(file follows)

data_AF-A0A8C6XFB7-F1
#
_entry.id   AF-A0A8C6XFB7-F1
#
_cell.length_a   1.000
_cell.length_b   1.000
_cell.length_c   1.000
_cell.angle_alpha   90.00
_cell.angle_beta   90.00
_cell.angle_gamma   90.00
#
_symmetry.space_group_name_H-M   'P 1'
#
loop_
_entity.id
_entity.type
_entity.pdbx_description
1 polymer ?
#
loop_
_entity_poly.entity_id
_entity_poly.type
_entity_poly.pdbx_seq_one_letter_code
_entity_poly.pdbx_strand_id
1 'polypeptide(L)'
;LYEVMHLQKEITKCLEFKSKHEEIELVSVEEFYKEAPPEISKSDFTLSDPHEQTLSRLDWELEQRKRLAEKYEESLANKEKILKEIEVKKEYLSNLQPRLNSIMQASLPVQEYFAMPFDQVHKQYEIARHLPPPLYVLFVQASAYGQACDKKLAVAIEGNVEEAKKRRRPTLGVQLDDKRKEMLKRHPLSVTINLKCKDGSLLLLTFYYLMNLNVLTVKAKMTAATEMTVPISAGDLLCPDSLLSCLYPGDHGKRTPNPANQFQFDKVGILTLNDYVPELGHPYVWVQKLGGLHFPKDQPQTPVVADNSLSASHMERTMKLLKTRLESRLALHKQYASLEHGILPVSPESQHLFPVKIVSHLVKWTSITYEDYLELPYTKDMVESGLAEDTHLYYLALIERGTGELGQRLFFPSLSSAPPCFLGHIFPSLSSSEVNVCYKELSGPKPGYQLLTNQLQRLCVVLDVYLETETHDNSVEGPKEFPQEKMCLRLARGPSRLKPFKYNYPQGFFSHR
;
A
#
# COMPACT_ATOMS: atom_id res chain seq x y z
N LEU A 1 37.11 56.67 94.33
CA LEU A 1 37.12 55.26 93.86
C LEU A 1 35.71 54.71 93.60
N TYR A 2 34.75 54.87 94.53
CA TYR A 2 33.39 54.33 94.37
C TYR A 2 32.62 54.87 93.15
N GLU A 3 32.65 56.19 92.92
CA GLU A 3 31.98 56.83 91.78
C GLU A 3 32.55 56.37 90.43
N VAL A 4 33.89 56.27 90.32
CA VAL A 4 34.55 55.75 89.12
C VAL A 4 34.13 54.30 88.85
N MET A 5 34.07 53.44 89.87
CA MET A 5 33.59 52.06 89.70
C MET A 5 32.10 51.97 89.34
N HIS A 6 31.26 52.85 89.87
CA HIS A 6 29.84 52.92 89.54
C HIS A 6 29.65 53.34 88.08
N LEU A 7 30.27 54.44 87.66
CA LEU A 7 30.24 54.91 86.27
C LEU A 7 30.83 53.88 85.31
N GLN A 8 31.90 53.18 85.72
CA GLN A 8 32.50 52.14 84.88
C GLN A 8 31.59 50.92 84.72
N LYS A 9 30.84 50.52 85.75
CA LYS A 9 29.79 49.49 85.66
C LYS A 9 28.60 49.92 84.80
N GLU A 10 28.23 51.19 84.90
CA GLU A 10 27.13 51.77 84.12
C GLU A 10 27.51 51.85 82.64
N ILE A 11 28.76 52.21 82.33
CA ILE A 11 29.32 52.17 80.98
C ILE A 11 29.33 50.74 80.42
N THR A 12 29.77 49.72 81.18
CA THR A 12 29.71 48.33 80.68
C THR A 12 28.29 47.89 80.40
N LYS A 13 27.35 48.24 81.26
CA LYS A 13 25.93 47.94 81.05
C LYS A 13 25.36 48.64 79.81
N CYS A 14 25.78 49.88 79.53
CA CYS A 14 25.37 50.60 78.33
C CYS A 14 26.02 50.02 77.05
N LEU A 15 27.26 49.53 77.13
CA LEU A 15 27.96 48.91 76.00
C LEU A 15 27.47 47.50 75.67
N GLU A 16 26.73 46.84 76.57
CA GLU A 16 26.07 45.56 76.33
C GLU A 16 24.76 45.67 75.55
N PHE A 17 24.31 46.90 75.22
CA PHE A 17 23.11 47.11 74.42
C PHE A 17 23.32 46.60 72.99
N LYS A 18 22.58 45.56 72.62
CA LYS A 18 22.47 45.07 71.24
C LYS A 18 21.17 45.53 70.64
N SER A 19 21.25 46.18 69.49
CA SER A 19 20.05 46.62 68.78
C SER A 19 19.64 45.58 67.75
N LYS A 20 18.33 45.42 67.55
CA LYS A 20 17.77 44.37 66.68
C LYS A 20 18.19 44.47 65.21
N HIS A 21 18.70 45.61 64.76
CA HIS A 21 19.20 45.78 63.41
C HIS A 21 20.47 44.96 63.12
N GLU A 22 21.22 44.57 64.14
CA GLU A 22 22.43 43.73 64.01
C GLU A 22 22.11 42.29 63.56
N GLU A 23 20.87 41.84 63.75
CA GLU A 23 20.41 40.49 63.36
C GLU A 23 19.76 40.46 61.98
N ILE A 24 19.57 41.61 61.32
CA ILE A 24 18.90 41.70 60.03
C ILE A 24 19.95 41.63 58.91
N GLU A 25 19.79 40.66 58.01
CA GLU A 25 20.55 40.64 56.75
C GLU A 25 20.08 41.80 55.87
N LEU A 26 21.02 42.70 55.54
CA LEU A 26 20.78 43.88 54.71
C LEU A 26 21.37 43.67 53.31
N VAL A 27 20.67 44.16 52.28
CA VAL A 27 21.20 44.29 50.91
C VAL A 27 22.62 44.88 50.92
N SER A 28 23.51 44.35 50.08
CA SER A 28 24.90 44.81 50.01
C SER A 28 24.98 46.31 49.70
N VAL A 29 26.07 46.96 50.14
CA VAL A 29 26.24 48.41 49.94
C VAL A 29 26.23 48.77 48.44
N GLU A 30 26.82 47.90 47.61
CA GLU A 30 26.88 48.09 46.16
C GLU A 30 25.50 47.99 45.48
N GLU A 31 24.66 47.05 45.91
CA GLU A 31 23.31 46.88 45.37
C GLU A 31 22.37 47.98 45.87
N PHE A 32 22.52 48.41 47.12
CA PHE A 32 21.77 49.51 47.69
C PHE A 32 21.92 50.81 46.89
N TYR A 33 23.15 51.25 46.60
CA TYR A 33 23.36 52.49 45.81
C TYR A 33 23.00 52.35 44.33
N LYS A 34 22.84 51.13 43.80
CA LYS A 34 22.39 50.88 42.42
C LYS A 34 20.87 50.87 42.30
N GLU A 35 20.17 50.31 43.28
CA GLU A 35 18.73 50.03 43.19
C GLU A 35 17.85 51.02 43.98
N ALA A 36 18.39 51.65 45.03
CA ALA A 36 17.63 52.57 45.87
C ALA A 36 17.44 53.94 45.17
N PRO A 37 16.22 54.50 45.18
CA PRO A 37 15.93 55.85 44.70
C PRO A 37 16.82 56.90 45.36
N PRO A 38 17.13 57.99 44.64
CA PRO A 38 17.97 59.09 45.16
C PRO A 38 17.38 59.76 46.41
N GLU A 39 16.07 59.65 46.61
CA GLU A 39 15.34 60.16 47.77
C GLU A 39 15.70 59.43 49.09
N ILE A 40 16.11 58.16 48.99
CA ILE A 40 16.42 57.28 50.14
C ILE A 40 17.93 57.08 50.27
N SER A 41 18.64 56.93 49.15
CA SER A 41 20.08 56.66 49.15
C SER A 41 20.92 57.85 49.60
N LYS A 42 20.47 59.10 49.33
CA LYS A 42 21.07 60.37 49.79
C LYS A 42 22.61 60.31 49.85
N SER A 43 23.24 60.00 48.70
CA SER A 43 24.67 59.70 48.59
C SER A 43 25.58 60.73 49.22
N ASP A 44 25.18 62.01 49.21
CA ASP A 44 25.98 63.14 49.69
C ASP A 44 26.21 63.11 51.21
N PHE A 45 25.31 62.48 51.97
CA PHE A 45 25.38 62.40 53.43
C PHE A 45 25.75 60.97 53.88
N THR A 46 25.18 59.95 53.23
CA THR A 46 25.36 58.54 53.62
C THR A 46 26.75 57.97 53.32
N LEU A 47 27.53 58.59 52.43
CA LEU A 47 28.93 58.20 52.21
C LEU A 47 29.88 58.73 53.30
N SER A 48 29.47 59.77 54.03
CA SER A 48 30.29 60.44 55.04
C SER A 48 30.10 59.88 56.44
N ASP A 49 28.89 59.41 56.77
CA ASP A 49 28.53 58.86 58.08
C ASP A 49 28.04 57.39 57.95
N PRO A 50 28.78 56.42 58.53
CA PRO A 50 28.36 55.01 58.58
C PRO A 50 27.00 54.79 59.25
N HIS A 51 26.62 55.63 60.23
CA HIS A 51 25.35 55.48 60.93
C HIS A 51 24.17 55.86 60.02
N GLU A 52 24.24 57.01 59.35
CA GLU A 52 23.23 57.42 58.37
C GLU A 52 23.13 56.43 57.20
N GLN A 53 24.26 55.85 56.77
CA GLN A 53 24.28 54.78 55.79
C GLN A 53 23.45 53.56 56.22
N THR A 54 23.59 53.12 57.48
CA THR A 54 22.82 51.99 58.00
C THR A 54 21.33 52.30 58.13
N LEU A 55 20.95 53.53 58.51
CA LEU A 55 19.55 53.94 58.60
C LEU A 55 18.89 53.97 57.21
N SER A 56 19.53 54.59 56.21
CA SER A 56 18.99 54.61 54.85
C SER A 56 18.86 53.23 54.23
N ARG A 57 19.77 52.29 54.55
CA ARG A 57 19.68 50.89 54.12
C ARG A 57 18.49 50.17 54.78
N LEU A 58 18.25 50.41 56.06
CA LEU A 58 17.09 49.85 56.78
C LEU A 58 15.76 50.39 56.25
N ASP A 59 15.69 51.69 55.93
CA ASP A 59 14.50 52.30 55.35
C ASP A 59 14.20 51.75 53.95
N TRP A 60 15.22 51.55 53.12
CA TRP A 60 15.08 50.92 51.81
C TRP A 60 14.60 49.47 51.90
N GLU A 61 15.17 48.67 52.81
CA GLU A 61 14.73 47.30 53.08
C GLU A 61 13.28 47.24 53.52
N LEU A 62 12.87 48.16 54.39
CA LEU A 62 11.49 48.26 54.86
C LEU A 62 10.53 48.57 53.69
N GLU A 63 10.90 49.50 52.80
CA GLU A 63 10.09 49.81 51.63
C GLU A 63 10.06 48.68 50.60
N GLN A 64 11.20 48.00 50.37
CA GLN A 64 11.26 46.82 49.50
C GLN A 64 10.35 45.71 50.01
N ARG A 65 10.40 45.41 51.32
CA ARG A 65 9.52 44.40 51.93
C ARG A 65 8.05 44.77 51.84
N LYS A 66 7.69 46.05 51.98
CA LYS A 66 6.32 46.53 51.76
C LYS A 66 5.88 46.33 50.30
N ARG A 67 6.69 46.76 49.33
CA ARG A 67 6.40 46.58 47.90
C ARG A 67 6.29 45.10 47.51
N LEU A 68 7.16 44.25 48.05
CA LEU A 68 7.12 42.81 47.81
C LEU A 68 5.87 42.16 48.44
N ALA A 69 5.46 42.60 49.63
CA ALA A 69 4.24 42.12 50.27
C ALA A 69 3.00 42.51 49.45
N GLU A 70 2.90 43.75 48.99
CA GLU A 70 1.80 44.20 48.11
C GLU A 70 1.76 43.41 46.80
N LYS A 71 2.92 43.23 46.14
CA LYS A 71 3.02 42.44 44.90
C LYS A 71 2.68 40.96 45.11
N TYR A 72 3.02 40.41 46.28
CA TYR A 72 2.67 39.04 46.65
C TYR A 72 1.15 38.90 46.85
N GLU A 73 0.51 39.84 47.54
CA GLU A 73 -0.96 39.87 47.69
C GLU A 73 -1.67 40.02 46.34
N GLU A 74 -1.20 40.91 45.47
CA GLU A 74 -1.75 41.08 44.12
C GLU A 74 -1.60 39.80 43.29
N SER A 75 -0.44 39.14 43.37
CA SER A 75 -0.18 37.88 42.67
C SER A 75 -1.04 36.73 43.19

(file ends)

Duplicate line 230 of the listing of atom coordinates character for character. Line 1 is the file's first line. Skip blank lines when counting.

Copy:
CA ARG A 67 6.40 46.58 47.90